• Legal staff then reminded council that, though there are open legal actions, rezoning is supposed to be considered independent of those.
  • The motion to deny rezoning carried unanimously. Clearly the known complaints and violations played a part in the decisions though it was not strictly following procedure, just common sense, for that information to influence.

And but so….

  • Commander Ventures (I cannot say that name enough) is the same company that owns the parcel of land on Nunnery Hill downtown that was, last fall, given the go-ahead by council, as at 265 Brookfield Rd., to proceed with a LUAR (with only Cllr. Galgay objecting). Here too, their end game is re-zoning, though this time for a denser residential designation for a proposed multi-story, 14 unit, condo.
  • According to Cllr. Breen, the originally proposed nunnery hill development (seen here) “was approved by the Built Heritage Experts Panel, and they [BHEP] made some recommendations with regards to the colouring of the exterior, so based on that, [Breen doesn’t] see any reason why, if the developer wishes to proceed, that they shouldn’t be able to move forward with a land assessment report — at their own cost — and go to a public hearing so that we get feedback from the public.”
  • So far so good. But one more issue brought up later at today’s council meeting, outside the context of Commander Ventures or 265 Brookfield Road, pulls this whole serpent back together; Cllr O’Leary stated, once again, that she believes it is “imperative” to have direct council representation on the BHEP. She said the committee was doing great work but, for the sake of “long term thinking” and to “get partnerships and to preserve and promote” one of our biggest assets as the “oldest city in North America” there should be a councillor on that panel. Otherwise they are not “having conversations of broader visions at the experts’ panel level.”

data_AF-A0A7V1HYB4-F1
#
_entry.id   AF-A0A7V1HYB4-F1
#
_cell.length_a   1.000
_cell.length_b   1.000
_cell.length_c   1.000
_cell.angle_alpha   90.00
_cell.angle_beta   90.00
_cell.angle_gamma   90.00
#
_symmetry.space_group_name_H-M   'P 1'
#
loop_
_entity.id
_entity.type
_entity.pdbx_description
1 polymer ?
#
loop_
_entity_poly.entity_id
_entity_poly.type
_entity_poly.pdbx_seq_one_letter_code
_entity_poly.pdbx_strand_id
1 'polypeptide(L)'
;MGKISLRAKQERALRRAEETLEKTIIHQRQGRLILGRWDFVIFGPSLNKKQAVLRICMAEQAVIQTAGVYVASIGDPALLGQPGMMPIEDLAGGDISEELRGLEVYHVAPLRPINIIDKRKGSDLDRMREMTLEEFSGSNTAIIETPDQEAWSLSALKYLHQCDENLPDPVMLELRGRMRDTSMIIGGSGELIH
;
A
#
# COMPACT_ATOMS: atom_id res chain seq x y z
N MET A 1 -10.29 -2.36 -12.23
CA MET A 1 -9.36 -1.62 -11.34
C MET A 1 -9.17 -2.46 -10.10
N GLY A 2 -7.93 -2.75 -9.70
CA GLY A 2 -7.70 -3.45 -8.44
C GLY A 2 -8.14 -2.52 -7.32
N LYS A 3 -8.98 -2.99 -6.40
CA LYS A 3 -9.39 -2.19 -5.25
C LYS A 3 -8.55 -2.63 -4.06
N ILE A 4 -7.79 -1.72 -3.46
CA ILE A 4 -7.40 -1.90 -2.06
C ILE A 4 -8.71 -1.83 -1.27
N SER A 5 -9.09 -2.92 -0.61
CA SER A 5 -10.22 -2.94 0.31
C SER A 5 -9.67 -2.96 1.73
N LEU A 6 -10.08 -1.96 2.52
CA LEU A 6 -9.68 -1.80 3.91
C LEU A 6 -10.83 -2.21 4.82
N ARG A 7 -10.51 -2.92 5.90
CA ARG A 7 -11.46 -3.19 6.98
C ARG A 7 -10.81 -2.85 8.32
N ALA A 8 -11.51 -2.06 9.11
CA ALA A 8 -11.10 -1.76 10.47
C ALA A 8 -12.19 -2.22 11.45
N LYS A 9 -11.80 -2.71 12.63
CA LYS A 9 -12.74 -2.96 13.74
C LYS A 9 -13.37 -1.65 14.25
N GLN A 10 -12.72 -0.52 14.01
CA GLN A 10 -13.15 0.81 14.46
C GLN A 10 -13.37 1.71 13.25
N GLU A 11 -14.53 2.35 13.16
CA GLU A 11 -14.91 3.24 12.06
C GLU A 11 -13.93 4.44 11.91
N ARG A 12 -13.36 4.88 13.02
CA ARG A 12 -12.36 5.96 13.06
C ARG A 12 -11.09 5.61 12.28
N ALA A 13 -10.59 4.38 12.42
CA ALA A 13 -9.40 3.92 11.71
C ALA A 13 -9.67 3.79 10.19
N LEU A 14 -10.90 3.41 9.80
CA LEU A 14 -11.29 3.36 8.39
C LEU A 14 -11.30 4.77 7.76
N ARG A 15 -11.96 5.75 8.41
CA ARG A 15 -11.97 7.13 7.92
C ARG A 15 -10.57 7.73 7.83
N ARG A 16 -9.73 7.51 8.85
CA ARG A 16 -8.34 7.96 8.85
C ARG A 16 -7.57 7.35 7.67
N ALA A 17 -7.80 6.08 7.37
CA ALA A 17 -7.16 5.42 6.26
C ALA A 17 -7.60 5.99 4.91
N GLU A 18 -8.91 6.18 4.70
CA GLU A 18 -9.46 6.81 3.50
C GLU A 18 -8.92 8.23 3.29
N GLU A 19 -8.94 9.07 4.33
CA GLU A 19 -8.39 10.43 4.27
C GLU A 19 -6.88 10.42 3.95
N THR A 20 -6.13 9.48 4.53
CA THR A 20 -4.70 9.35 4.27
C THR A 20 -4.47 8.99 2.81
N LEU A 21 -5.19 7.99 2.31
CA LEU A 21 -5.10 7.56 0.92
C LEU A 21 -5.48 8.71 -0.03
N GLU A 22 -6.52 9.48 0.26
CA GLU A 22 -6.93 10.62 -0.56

• Mayor O’Keefe rebutted O’Leary’s assertions (as he has before) by reminding her that the city’s review of committees recommended that the BHEP remain wholly a panel of heritage experts, free from other considerations, who deliberate on their own and then send completed recommendations to council. [note: the agendas for the BHEP meetings can be found online but the minutes from those meetings are not up on the city’s website]
  • Okay, so it is not a simple self-eating serpent, but more like a hydra biting at a parasitic rash on its back. But it is a great example of the way municipal politics operates in a small city. The rules are not not followed, but decisions are clearly not made in a vacuum or made based solely on city code, best practices and experts’ recommendations, as seen with 265 Brookfield road. Everyone knows things about everyone else and every business is everyone’s business. That knowledge can be helpful or prejudicial; it can be both.
  • You don’t have to be a time travelling private eye to see the pinned strings running through the room connecting all the dots. In a place this small, all information is integrated, if, as O’Leary is requesting, that integration be built into the system, it may be easier to track it and hold it to account than if everything is nominally kept cleanly separate and then everyone makes decisions based on what the neighbours said anyway.

Inclusion I Our Only Hope 

  • Hann wished everyone a happy Chinese New Year…. in Chinese! Mayor O’Keefe coloured himself, “very impressed.”
  • Not to be outdone on the welcome float, O’Keefe congratulated the city for the strong show of support “for our Muslim community on Friday” when hundreds of people stood outside the mosque in solidarity. Not only was it the right thing to do, but it is “a part of our strategic direction to build communities and encourage inclusiveness and immigration… [we hope it will] motivate more people from around the world to come here and become a functioning and positive part of our city and our province.”
  • As an island nation (insert waving pink white and green here) facing slow, possibly negative, population and economic growth, we may be better off building an underground railroad than a large scale hydro project.